Monday, November 26, 2012

European Big - Fenerbahçe Style

Fenerbahçe Spor
Coach said: "He's European Big. He should play 3,4,5." Or something to that effect anyway.

I squinted at him and agreed. Coach knows what he's talking about. I'll just let him do his thing.

So here I am, researching what this all means. (Die-hard basketball fans can move ahead to the last paragraph.)

My son is not going to be seven feet tall.
So, if he wants to achieve his dream of playing for his school team, he needs a strategy.
A scaled down European Big strategy, to be precise.

To inspire him, I looked up some Turkish teams for a role model. There were plenty, but I picked Fenerbahçe's Forward, Number 7, Ömer Onan. (I may be biased because he was born in Mersin, our Turkish home town.) He's in the middle of the front row in the team pic, and at 6'4", you can see he isn't even big for Euro Big.

The most important point: He's on a great team and he's got game.

How great is this team? Check this out:

NBA Europe Live: Fenerbahce Ulker beats Celtics in debut against NBA 

Ömer Onan gets mentioned a few times, and he's quoted in the end.

Now my son was trained to be a 5 - Center, right next to the basket, in the paint. He's taller than most  kids around here, but if he tops out at 6'4" or 6'5" as the doctor predicts, he will be too short. Even Euro Big starts at 6'10" for a Center.

Coach now has him playing 4, Power Forward. A similar role, but Euro Big PF starts at 6'8".

So hopefully he'll work up to a 3, Small Forward. Euro Big SF starts at 6'4". Just right. (Feel a bit like Goldilocks here? I do.)

Says wikipedia:

The small forward position is considered to be perhaps the most versatile of the main five basketball positions, due to the nature of its role, which is sometimes similar to that of a power forward, and other times more resembles the role of a shooting guard. The small forward and shooting guard positions are often interchangeable.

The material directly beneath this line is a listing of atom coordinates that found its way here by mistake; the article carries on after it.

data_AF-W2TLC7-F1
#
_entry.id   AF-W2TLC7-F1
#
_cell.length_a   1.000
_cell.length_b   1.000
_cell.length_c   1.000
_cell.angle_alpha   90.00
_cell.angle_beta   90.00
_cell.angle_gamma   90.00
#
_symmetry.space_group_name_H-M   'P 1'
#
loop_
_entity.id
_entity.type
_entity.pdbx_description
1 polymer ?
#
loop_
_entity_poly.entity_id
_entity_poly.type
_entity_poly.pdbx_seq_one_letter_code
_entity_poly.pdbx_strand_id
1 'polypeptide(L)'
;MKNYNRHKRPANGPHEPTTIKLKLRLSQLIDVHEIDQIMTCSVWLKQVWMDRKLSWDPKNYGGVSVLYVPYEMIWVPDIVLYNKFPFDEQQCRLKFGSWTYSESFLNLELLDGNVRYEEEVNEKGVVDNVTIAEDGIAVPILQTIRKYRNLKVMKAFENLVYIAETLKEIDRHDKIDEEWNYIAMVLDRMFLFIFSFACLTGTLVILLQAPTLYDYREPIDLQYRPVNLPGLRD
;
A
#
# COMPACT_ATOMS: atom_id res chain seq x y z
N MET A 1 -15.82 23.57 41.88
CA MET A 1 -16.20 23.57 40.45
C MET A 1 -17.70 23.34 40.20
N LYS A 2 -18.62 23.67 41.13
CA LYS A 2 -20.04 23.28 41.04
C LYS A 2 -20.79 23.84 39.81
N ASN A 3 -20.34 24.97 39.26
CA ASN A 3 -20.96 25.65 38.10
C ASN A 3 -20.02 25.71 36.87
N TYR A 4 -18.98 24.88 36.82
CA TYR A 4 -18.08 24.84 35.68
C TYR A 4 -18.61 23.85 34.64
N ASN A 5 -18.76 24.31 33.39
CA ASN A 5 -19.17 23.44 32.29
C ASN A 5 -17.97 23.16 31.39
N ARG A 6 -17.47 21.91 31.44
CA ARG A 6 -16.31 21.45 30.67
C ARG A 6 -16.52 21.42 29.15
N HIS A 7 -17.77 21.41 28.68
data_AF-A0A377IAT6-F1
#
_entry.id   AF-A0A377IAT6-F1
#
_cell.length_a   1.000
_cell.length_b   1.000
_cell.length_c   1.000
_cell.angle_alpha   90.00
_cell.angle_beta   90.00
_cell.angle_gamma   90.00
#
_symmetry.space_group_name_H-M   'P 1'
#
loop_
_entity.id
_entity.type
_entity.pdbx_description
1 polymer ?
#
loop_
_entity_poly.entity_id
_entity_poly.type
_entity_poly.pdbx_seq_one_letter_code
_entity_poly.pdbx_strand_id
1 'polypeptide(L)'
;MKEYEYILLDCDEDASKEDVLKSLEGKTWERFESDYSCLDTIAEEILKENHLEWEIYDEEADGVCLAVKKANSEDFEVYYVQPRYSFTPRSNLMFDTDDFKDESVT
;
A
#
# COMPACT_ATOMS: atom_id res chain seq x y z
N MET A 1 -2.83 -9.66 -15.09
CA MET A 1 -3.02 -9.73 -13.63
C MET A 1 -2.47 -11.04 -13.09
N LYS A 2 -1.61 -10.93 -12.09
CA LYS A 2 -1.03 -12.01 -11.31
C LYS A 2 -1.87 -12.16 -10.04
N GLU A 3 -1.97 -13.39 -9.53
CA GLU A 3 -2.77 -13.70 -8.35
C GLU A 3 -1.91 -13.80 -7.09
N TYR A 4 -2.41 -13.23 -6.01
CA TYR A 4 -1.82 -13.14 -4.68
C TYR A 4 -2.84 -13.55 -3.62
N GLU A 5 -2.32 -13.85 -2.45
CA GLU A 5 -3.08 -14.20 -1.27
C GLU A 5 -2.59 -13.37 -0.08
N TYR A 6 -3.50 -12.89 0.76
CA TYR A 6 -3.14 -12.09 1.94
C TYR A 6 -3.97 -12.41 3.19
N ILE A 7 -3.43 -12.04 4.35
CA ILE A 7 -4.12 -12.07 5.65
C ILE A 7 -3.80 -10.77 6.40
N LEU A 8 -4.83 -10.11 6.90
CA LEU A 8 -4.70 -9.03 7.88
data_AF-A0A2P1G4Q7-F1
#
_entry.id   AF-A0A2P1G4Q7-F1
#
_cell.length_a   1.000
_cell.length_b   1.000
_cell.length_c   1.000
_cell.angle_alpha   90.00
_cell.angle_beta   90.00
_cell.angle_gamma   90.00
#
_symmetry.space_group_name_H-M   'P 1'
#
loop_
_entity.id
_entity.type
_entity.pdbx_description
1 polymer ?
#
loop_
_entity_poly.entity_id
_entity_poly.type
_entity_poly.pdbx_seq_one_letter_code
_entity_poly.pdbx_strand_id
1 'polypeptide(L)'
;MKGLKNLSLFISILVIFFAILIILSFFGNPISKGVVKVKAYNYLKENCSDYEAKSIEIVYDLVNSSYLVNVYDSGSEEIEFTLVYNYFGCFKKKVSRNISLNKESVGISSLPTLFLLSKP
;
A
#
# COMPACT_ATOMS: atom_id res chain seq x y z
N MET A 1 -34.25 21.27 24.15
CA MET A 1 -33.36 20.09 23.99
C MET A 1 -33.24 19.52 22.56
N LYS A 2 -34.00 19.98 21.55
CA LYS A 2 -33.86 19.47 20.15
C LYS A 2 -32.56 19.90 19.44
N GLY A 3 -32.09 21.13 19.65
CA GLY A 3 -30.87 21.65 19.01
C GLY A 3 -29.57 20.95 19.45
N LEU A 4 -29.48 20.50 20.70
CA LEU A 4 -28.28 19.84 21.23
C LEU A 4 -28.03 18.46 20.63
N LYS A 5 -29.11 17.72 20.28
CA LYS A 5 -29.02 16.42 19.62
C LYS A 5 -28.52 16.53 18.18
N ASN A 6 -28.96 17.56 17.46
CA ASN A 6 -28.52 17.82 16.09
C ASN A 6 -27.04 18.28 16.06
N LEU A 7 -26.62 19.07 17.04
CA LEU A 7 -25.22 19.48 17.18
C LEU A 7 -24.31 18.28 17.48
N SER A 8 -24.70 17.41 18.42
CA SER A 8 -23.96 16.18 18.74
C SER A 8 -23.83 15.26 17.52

Versatile? That is music to my ears.

He'll have to work harder on his shots, and I see years of training ahead, but it's his dream. I want him to fulfill it, no matter how many nights I'll spend on a cold, hard bleacher.

Is the moral of the story to be a big fish in a small pond? Maybe. My guess is you go where they feed the fish. And this applies to writers too - big press, small press, vanity press:

Follow your dream.

Monday, November 19, 2012

NaNoWriMo for Kids

If you think writing a 50,000 word novel in a month is hard, try NaNoWriMo as a 6th grader. For homework!

Granted, the goal for the kids is only 50 pages, but I have plot nightmares just thinking about it. (Even if it does make me secretly wish I could go back to middle school.)

Imagine a library full of kids chattering, bouncing ideas, patching plot holes with dragons. Their fingers fly as they click away on their netbooks, focusing on the assigned foreshadow or flashback.

Five hundred kids. Writing.

I had the chance to witness this because (via WNBA Charlotte) I helped Monika Schroeder arrange an author visit as part of the NaNoWriMo event at Marvin Ridge Middle School. (All made possible by a grant from North Carolina School Library Media Association, and Brita Mann, our awesome Media Coordinator. Union County Weekly ran a half page article with more details.)

Over the course of the six week program, other authors are Skyping in too, giving the kids plenty of inspiration. John Claude Bemis was there last week, which was when I visited.

John gave a presentation and ate lunch with some of the kids. (How cool is that?)
He took fan questions about his books, and questions every aspiring writer/author asks, like:

What happens if I'm coming to an end, and I still don't have enough words?
Answer: Be mean to your character. Create more problems.


Did people think you wouldn't be successful as a writer?